Very. Rev. Gregory Dobson

The Very. Rev. Gregory Dobson attempts to pack up and throw away some of his belongings Wednesday morning on the Basilica of St. Mary of the Angels’ rectory porch. Dobson retired as St. Mary’s pastor July 31, and is waiting to be assigned a new place to live.

OLEAN — The Very Rev. Gregory Dobson sat on the Basilica of St. Mary of the Angels’ rectory porch Wednesday morning, attempting to pack up — and throw out — some of the many papers, books, artwork and clothing he’s collected over the last 22 years as St. Mary’s pastor.

“Priests warned me: When you start cleaning out, you will be shocked at what you’ve accumulated,” Dobson said.

Cleaning out the rectory and his offices inside the basilica have been what Dobson called his “full-time” job the last week or so, as he officially retired July 31 but is still living at the rectory while waiting to begin the next phase of his life.

He hopes for the Catholic Diocese of Buffalo to soon place him in a priest retirement home, preferably in Erie County so he can be closer to his large extended family.

The uncertainty is different for Dobson, who has grown attached to St. Mary’s and Olean over the last two decades, but he said “different is OK.”

“People are saying, ‘You don’t have a place to live?’ I said, ‘No, but they’ve promised me one.’ ‘You don’t know where it’s going to be?’ ‘No.’ ‘You don’t know when it’s going to be?’ ‘No,’” Dobson said. “I’m just taking a risk and I feel OK with that.”

“My decision to retire at this point, I know is the best thing for me and the best thing for this community,” he added.

Dobson, commonly known as “Father Greg,” was supposed to serve a temporary reassignment covering for the Rev. Joseph Porpiglia at St. Joseph’s Church in Gowanda until Christmas, but he recently backed out due to what he described as a health scare.

As the 70-year-old has already told parishioners during Mass, doctors ruled out “the worst diagnosis” during a recent test in Buffalo, but are still trying to determine the cause of his issues.

“There was a very real possibility that if it had been a bad result, I would be in surgery,” Dobson said. “That is not the case right now, but the problem is not solved.”

While Dobson was always supposed to continue living at the St. Mary’s rectory during his Gowanda assignment, he now has more time to collect his things and be around the parish’s day-to-day activities.

However, he said he’s trying his best to be “as quiet as a church mouse” and not be a distraction for St. Mary’s new leaders, like his successor, the Rev. Patrick Melfi.

“There’s all sorts of meetings going on, all sorts of planning. I’m not a part of any of that, and that’s fine,” he said. “I know … there’s going to be decisions that wouldn’t be the decisions that I would make, but that’s quite all right. It’s not my place anymore.”

Just like its former pastor, St. Mary’s is going through something of a transition. St. Mary’s and the smaller St. John’s Roman Catholic Church in Olean and St. Philomena Church in Franklinville are now all linked under a single pastor in Melfi.

Each parish will remain independent financially with its own separate trustees, but will be pastored by the same clergy and share programs. The linking is part of the diocese’s reconfiguration plan that started a decade ago to address its clergy shortage.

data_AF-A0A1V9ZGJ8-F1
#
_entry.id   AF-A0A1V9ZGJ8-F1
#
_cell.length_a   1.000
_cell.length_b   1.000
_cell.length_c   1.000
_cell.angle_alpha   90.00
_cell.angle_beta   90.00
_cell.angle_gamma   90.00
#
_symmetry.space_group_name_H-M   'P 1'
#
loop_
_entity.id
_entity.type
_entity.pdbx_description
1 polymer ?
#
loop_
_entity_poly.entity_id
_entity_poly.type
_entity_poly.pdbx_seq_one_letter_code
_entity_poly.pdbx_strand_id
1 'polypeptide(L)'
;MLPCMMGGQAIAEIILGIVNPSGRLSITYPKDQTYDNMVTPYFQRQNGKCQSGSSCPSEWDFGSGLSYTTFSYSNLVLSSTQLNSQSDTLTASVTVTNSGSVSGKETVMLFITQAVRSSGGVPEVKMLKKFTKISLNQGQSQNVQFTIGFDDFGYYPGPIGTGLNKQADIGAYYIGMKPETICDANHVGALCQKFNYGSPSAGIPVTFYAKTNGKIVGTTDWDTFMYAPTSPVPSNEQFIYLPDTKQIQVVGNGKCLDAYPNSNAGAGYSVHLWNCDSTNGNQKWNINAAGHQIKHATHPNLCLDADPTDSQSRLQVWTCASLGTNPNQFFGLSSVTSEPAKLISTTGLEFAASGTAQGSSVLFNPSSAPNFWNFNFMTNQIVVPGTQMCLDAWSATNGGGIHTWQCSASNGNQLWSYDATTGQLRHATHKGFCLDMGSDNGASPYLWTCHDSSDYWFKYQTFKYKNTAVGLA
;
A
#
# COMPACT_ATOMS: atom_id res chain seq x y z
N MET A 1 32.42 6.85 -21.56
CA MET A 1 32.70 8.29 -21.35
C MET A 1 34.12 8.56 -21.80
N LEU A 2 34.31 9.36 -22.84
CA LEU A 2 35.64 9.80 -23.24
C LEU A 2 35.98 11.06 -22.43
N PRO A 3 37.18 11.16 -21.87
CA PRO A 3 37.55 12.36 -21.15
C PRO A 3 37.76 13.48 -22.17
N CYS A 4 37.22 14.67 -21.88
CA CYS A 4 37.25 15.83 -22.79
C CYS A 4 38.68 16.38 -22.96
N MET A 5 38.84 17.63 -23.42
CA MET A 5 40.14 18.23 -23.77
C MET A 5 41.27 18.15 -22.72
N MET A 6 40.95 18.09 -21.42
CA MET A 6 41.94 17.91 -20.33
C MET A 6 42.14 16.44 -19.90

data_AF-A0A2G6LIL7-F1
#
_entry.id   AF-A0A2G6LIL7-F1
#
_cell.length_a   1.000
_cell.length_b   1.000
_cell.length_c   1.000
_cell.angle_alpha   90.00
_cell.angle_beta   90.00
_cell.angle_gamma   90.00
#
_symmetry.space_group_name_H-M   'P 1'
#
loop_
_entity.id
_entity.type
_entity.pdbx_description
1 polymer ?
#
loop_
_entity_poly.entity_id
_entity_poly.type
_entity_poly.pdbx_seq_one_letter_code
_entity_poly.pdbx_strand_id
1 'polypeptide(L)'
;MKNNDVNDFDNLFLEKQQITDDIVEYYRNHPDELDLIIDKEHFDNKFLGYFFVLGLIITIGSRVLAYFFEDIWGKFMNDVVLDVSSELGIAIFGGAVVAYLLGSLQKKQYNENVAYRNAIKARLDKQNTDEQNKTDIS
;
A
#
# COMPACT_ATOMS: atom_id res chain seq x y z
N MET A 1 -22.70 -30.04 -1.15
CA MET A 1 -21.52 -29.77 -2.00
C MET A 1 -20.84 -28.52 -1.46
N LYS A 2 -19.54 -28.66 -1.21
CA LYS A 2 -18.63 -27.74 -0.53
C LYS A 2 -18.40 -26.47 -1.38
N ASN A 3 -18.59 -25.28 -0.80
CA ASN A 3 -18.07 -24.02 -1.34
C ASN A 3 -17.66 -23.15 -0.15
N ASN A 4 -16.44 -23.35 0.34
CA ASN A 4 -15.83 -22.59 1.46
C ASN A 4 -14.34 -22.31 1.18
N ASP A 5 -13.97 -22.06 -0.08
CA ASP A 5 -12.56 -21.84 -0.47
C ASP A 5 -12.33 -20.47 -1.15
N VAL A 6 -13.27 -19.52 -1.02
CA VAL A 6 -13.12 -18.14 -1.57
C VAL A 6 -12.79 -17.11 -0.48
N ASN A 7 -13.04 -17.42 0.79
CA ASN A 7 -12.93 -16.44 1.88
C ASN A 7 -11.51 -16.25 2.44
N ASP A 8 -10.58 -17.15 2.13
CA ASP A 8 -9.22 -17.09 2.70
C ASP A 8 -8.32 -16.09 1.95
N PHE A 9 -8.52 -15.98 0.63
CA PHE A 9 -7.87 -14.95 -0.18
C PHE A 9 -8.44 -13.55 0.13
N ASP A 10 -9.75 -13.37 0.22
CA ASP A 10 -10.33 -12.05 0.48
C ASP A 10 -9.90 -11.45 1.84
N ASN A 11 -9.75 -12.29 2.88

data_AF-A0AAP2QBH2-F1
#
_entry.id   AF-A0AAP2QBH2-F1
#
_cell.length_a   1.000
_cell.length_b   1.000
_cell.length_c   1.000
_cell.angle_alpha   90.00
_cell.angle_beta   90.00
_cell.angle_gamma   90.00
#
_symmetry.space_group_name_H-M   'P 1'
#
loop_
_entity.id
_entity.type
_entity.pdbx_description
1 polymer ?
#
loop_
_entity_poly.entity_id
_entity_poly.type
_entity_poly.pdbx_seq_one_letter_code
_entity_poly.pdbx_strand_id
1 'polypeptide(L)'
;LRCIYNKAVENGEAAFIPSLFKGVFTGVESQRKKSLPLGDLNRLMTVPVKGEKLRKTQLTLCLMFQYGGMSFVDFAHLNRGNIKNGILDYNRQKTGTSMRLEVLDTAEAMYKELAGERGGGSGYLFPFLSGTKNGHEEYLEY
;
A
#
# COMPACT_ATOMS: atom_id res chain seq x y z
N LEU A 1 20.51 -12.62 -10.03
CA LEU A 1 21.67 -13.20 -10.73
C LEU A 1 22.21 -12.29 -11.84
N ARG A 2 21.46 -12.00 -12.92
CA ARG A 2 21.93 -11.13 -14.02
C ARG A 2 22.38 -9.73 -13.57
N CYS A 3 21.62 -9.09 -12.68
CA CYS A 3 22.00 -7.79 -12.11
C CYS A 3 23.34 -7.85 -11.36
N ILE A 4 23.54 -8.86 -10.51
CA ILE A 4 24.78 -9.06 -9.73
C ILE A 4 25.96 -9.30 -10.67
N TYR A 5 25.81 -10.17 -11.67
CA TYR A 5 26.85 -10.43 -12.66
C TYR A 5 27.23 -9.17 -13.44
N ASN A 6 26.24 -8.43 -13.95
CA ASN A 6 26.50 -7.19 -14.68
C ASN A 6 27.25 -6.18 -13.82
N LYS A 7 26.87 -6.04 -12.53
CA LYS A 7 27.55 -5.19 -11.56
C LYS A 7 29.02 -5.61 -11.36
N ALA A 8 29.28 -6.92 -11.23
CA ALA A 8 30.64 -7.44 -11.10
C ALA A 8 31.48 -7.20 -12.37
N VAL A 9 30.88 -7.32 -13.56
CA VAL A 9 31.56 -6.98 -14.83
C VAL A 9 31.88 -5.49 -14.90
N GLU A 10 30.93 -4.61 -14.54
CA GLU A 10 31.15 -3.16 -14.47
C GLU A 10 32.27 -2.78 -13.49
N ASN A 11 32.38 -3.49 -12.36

A new Mass schedule for all three parishes will be announced in the coming weeks and will begin the weekend after Labor Day.

Dobson said he thinks there will be more linking in the diocese, but he’s not sure how much more. With all the different responsibilities a pastor must take on, he noted it’s difficult to link multiple large parishes together.  

“I don’t know what the results will be. I can’t see into the future, but I believe it’s ultimately the best thing,” Dobson said.

As for Dobson’s future, he plans to continue serving on the Catholic Charities Board of Trustees, and a few people have already asked him to be their spiritual adviser. He added retired priests often act as “free agents,” accepting invitations to lead Mass for different churches.

Overall, Dobson said he plans to focus on “the spiritual” during retirement.

“When you’re a pastor, you worry about the budget and the building and public relations,” he said. “Now my responsibility is to learn more about spirituality and spiritual life and find a way of making that a part my ministry.”

He also plans to find some hobbies — as the diocese pre-retirement course found, Dobson hasn’t acquired quite enough outside of the church.

Maybe yoga, he said.

“I like to go to concerts and plays, but my life for a long time has been work. I’m always working on my next homily. I’m always working on my next meeting,” he said.

While he’s excited to possibly be closer to his siblings and many nieces, nephews, great-nieces and great-nephews, Dobson will also miss Olean — from the people who have welcomed him with open arms since his arrival, to the hills he said have simply become part of his peripheral vision.

“There’s something that I find very appealing here, so this place will always be an important part of my story,” he said.

Despite his strong feelings for Olean, Dobson noted he wasn’t emotional during his last Sunday Mass as St. Mary’s pastor July 29.

“I kept saying to the people, ‘I know this is the right thing to do,’” he said. “I know this is the right thing for me and it’s the right thing for you.’”


(Contact reporter Tom Dinki at Follow him on Twitter, @tomdinki)

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